Old cave painters sometimes created detailed images in dark, narrow passages that could only be navigated with artificial light. Hardly optimal conditions for an artist. So why would Picassos from the Late Stone Age even try to draw such illuminated, hard-to-reach areas? Because they knew the environments would deprive them of oxygen and get them high, according to a new study.
They were “motivated by an understanding of the transforming nature of an underground oxygen ̵
In many indigenous societies, active connection with the cosmos and the environment is considered the key to individual and shared well-being and adaptation. “It was not the decoration that made the caves stand out,” the study says. “Rather, the significance of the selected caves was the reason for their decoration.”
When the body’s obligatory blood oxygen concentration drops below a certain level, hypoxia follows. It is a potentially life-threatening condition that can cause a number of biological and cognitive changes, including increased dopamine, hallucinations, and euphoria. The researchers believe that artists from between 14,000 and 40,000 years ago illuminated themselves through the inner depths of the caves with flickering torches, knowing that the fire would reduce the oxygen levels in the already poorly ventilated spaces. Some art was found in areas that involved climbing steps, crossing narrow ledges and even shafts that fell several meters deep.
Researchers studied decorated caves first discovered in Western Europe in the 19th century to further interpret the enduring mysteries of cave art and explore what motivated these very early artists. Many of the images were painted in black and red or engraved on soft walls or hard surfaces. They depict mostly animals, but also hand stencils, handprints and abstract geometric signs.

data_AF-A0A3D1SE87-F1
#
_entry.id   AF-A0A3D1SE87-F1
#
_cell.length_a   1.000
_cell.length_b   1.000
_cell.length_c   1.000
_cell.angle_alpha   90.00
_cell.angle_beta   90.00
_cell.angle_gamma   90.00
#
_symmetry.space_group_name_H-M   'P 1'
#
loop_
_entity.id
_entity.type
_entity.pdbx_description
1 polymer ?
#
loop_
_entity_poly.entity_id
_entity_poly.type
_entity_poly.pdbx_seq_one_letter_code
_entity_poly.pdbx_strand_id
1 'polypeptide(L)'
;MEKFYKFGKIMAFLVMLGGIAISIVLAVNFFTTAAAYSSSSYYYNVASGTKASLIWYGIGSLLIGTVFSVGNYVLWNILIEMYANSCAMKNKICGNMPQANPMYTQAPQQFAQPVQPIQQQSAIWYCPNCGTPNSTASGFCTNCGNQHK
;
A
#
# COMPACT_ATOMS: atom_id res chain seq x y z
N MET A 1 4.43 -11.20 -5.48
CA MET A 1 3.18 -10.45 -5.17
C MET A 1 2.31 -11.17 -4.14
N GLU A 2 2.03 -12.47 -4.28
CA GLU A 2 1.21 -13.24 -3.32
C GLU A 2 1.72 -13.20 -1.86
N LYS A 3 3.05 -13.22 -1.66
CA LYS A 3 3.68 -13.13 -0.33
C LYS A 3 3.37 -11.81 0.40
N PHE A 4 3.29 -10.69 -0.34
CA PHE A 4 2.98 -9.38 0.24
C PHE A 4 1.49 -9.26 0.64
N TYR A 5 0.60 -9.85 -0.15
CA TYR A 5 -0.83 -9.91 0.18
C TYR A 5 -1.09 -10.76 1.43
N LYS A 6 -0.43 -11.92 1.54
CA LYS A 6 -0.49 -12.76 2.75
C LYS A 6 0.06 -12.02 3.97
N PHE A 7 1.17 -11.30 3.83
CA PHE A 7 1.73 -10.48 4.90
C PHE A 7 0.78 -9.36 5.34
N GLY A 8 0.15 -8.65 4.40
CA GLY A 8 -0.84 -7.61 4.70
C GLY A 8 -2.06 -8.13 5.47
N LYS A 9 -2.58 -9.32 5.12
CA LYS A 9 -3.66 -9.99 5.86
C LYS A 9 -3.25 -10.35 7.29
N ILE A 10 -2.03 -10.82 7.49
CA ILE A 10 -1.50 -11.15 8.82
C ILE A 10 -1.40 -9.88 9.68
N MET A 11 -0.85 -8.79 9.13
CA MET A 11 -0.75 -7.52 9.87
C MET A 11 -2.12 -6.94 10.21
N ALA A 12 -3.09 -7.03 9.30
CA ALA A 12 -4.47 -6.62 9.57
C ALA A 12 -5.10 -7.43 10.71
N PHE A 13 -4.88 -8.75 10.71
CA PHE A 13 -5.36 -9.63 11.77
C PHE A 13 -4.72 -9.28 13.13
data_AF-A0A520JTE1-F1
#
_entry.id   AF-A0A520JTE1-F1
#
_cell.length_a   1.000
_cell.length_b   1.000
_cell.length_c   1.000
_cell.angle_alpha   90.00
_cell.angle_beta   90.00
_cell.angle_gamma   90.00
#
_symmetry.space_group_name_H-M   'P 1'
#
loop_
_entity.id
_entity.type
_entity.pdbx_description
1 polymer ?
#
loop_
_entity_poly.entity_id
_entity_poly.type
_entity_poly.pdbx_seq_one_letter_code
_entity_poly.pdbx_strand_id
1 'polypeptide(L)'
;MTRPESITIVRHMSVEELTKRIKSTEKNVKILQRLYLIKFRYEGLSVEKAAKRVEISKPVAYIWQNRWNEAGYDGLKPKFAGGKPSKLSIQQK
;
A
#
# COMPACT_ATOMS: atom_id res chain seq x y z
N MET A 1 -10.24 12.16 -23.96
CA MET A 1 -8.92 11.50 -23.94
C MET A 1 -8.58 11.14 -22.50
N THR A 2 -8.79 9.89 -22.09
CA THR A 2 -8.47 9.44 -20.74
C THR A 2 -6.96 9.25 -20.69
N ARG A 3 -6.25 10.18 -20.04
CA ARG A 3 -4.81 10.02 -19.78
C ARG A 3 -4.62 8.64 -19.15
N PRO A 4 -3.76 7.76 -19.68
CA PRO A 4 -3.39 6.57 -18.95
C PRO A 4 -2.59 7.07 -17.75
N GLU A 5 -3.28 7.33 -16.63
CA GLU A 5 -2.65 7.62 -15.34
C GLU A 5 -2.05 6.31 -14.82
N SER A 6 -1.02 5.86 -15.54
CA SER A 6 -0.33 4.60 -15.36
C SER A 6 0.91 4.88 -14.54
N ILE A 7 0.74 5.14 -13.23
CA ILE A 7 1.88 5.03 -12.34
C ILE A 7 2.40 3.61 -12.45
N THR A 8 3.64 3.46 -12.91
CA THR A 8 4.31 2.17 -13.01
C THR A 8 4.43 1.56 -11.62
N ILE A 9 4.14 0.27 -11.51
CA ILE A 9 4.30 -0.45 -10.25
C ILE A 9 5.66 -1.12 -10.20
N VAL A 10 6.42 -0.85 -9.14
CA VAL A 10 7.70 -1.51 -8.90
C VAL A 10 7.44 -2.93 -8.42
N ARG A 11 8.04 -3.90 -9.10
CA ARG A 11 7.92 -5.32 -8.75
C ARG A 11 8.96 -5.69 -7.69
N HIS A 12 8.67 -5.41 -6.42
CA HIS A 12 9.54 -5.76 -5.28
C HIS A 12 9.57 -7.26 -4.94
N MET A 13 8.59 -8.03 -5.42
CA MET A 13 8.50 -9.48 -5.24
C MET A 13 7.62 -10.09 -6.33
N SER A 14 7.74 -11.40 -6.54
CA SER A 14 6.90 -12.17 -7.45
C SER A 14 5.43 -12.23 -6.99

Not all cave art appears in deep, dark depressions – some decorate walls near entrances or shelters. But it was the art of remote cave areas that was not used for daily domestic activities that the most fascinated researchers like Yafit Kedar, a Ph.D. graduate of the Archaeological Department of Tel Aviv University.
It is she who theorized the artists deliberately induced hypoxia to achieve an altered state of consciousness.
To investigate her hypothesis, Kedar and her co-researchers simulated the effect of torches on oxygen concentrations in enclosed spaces such as those in the Upper Paleolithic caves. They found that oxygen levels in narrow passages or halls with a single passage quickly dropped to below 18%, the level known to induce hypoxia in humans.
It has been a great year for cave art, which has a lot to tell us about how our ancestors lived and thought. Earlier this year, researchers identified a picture of a pig from 45,500 years ago that they believe is both the world’s oldest cave painting and the earliest known surviving depiction of the animal world.
The last many years have brought other intriguing discoveries of ancient drawings but non-figurative, including one found in South Africa 73,000 years ago that resembles a hashtag and another from between 2100 and 4100 BC that may show human wonder over a star explosion.